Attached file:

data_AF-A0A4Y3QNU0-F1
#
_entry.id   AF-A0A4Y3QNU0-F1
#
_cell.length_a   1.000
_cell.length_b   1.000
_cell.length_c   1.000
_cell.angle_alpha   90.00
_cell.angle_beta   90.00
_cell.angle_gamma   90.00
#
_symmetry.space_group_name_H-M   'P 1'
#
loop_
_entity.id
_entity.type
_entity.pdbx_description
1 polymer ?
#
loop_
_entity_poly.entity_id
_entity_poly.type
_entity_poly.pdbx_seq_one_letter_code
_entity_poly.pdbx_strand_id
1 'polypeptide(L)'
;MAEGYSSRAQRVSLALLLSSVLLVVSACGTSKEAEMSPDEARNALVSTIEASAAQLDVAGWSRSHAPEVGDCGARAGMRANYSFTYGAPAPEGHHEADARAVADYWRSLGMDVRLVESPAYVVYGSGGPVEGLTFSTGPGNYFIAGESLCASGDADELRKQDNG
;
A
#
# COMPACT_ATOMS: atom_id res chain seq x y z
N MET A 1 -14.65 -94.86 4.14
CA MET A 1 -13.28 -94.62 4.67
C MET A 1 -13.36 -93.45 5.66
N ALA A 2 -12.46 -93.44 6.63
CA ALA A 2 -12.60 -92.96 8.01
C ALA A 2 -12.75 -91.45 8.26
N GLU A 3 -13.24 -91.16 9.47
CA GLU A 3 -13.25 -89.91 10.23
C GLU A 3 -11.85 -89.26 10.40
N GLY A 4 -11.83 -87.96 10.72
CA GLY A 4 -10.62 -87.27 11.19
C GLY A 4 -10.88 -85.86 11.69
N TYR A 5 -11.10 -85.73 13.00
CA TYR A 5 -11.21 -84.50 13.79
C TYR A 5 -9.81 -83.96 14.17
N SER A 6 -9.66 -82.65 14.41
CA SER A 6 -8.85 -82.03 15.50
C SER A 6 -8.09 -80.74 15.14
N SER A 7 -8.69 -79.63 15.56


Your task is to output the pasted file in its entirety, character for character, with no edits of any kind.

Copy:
data_AF-A0A4Y3QNU0-F1
#
_entry.id   AF-A0A4Y3QNU0-F1
#
_cell.length_a   1.000
_cell.length_b   1.000
_cell.length_c   1.000
_cell.angle_alpha   90.00
_cell.angle_beta   90.00
_cell.angle_gamma   90.00
#
_symmetry.space_group_name_H-M   'P 1'
#
loop_
_entity.id
_entity.type
_entity.pdbx_description
1 polymer ?
#
loop_
_entity_poly.entity_id
_entity_poly.type
_entity_poly.pdbx_seq_one_letter_code
_entity_poly.pdbx_strand_id
1 'polypeptide(L)'
;MAEGYSSRAQRVSLALLLSSVLLVVSACGTSKEAEMSPDEARNALVSTIEASAAQLDVAGWSRSHAPEVGDCGARAGMRANYSFTYGAPAPEGHHEADARAVADYWRSLGMDVRLVESPAYVVYGSGGPVEGLTFSTGPGNYFIAGESLCASGDADELRKQDNG
;
A
#
# COMPACT_ATOMS: atom_id res chain seq x y z
N MET A 1 -14.65 -94.86 4.14
CA MET A 1 -13.28 -94.62 4.67
C MET A 1 -13.36 -93.45 5.66
N ALA A 2 -12.46 -93.44 6.63
CA ALA A 2 -12.60 -92.96 8.01
C ALA A 2 -12.75 -91.45 8.26
N GLU A 3 -13.24 -91.16 9.47
CA GLU A 3 -13.25 -89.91 10.23
C GLU A 3 -11.85 -89.26 10.40
N GLY A 4 -11.83 -87.96 10.72
CA GLY A 4 -10.62 -87.27 11.19
C GLY A 4 -10.88 -85.86 11.69
N TYR A 5 -11.10 -85.73 13.00
CA TYR A 5 -11.21 -84.50 13.79
C TYR A 5 -9.81 -83.96 14.17
N SER A 6 -9.66 -82.65 14.41
CA SER A 6 -8.85 -82.03 15.50
C SER A 6 -8.09 -80.74 15.14
N SER A 7 -8.69 -79.63 15.56